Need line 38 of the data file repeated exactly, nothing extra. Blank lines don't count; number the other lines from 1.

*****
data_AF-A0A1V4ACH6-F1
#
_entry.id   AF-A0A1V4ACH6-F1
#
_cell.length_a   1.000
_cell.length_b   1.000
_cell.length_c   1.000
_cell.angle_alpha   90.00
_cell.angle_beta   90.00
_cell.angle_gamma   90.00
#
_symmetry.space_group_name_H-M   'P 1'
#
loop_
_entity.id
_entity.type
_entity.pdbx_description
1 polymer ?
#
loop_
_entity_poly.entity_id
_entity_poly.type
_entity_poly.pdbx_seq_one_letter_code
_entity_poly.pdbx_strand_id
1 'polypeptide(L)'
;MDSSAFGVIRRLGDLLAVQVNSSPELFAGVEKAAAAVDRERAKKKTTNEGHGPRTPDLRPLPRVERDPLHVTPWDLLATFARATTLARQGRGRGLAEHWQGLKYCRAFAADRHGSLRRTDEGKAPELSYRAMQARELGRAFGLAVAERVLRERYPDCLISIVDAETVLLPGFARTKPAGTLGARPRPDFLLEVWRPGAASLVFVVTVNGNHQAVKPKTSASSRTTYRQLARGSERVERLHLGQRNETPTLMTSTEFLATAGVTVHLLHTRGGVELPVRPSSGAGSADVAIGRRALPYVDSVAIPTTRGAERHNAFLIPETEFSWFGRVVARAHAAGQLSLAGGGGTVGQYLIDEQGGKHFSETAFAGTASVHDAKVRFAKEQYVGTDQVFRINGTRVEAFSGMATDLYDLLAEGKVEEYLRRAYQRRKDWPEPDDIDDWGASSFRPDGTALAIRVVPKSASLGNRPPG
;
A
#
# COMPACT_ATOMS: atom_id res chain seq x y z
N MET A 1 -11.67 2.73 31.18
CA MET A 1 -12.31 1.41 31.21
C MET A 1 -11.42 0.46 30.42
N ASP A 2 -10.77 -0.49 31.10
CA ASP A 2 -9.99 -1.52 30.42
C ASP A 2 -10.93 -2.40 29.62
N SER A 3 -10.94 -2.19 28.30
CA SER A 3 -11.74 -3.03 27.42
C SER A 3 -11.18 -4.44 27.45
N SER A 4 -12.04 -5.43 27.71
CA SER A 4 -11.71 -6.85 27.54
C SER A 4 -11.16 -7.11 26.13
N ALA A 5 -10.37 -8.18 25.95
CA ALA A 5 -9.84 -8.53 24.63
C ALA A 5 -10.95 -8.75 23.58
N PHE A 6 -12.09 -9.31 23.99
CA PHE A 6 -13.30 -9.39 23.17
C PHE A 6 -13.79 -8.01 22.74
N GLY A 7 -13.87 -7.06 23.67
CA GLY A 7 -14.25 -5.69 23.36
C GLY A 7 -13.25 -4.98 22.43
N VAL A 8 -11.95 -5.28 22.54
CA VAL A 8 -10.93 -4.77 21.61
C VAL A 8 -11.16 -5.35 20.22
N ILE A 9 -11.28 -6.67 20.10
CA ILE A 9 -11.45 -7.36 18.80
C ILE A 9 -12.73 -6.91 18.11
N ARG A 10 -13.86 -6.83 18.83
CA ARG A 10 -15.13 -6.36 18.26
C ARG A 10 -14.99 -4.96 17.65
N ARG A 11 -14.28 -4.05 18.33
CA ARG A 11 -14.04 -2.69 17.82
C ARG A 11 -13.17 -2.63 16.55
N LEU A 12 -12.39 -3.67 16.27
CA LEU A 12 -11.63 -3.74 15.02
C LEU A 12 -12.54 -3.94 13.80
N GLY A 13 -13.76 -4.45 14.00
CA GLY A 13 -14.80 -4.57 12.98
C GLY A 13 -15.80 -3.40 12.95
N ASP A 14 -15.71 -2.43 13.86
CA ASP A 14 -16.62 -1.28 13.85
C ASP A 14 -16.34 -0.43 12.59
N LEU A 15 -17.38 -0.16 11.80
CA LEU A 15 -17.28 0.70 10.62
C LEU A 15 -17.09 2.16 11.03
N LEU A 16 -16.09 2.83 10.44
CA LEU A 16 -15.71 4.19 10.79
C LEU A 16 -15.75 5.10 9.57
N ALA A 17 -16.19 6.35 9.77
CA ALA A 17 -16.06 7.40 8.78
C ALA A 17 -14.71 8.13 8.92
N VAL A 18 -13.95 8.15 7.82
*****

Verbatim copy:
CA SER A 3 -11.74 -3.03 27.42